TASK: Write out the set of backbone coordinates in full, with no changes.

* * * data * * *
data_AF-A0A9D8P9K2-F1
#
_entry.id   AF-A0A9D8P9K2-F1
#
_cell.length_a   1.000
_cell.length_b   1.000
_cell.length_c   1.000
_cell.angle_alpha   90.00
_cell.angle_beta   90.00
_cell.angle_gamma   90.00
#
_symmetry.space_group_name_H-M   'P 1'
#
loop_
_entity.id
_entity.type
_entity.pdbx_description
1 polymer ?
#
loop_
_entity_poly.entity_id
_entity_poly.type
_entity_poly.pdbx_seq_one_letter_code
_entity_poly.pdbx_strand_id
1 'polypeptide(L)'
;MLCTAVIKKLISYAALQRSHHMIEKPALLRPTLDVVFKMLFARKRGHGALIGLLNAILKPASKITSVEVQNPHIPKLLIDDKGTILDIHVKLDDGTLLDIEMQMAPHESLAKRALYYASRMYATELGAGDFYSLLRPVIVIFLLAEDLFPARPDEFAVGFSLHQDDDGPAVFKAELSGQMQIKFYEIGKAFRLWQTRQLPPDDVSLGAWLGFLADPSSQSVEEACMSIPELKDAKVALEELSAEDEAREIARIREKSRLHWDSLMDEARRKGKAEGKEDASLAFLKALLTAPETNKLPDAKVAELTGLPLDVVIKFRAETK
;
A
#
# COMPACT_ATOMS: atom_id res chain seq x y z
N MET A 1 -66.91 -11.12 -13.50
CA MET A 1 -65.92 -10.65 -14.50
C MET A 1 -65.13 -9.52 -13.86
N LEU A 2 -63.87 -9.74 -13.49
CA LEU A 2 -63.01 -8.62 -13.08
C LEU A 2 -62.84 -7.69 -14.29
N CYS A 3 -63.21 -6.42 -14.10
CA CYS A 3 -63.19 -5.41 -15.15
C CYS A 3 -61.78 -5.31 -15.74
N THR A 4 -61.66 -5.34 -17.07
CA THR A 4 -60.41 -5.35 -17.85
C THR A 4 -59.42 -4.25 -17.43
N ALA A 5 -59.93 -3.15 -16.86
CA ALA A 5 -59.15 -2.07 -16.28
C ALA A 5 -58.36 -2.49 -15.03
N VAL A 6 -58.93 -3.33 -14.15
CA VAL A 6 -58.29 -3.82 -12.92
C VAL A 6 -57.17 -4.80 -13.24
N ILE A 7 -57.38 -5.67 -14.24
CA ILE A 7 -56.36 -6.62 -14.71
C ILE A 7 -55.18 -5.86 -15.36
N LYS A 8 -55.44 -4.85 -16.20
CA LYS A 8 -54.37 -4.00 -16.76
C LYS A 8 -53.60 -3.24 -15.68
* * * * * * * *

data_AF-A0A9D8P9K2-F1
#
_entry.id   AF-A0A9D8P9K2-F1
#
_cell.length_a   1.000
_cell.length_b   1.000
_cell.length_c   1.000
_cell.angle_alpha   90.00
_cell.angle_beta   90.00
_cell.angle_gamma   90.00
#
_symmetry.space_group_name_H-M   'P 1'
#
loop_
_entity.id
_entity.type
_entity.pdbx_description
1 polymer ?
#
loop_
_entity_poly.entity_id
_entity_poly.type
_entity_poly.pdbx_seq_one_letter_code
_entity_poly.pdbx_strand_id
1 'polypeptide(L)'
;MLCTAVIKKLISYAALQRSHHMIEKPALLRPTLDVVFKMLFARKRGHGALIGLLNAILKPASKITSVEVQNPHIPKLLIDDKGTILDIHVKLDDGTLLDIEMQMAPHESLAKRALYYASRMYATELGAGDFYSLLRPVIVIFLLAEDLFPARPDEFAVGFSLHQDDDGPAVFKAELSGQMQIKFYEIGKAFRLWQTRQLPPDDVSLGAWLGFLADPSSQSVEEACMSIPELKDAKVALEELSAEDEAREIARIREKSRLHWDSLMDEARRKGKAEGKEDASLAFLKALLTAPETNKLPDAKVAELTGLPLDVVIKFRAETK
;
A
#
# COMPACT_ATOMS: atom_id res chain seq x y z
N MET A 1 -66.91 -11.12 -13.50
CA MET A 1 -65.92 -10.65 -14.50
C MET A 1 -65.13 -9.52 -13.86
N LEU A 2 -63.87 -9.74 -13.49
CA LEU A 2 -63.01 -8.62 -13.08
C LEU A 2 -62.84 -7.69 -14.29
N CYS A 3 -63.21 -6.42 -14.10
CA CYS A 3 -63.19 -5.41 -15.15
C CYS A 3 -61.78 -5.31 -15.74
N THR A 4 -61.66 -5.34 -17.07
CA THR A 4 -60.41 -5.35 -17.85
C THR A 4 -59.42 -4.25 -17.43
N ALA A 5 -59.93 -3.15 -16.86
CA ALA A 5 -59.15 -2.07 -16.28
C ALA A 5 -58.36 -2.49 -15.03
N VAL A 6 -58.93 -3.33 -14.15
CA VAL A 6 -58.29 -3.82 -12.92
C VAL A 6 -57.17 -4.80 -13.24
N ILE A 7 -57.38 -5.67 -14.24
CA ILE A 7 -56.36 -6.62 -14.71
C ILE A 7 -55.18 -5.86 -15.36
N LYS A 8 -55.44 -4.85 -16.20
CA LYS A 8 -54.37 -4.00 -16.76
C LYS A 8 -53.60 -3.24 -15.68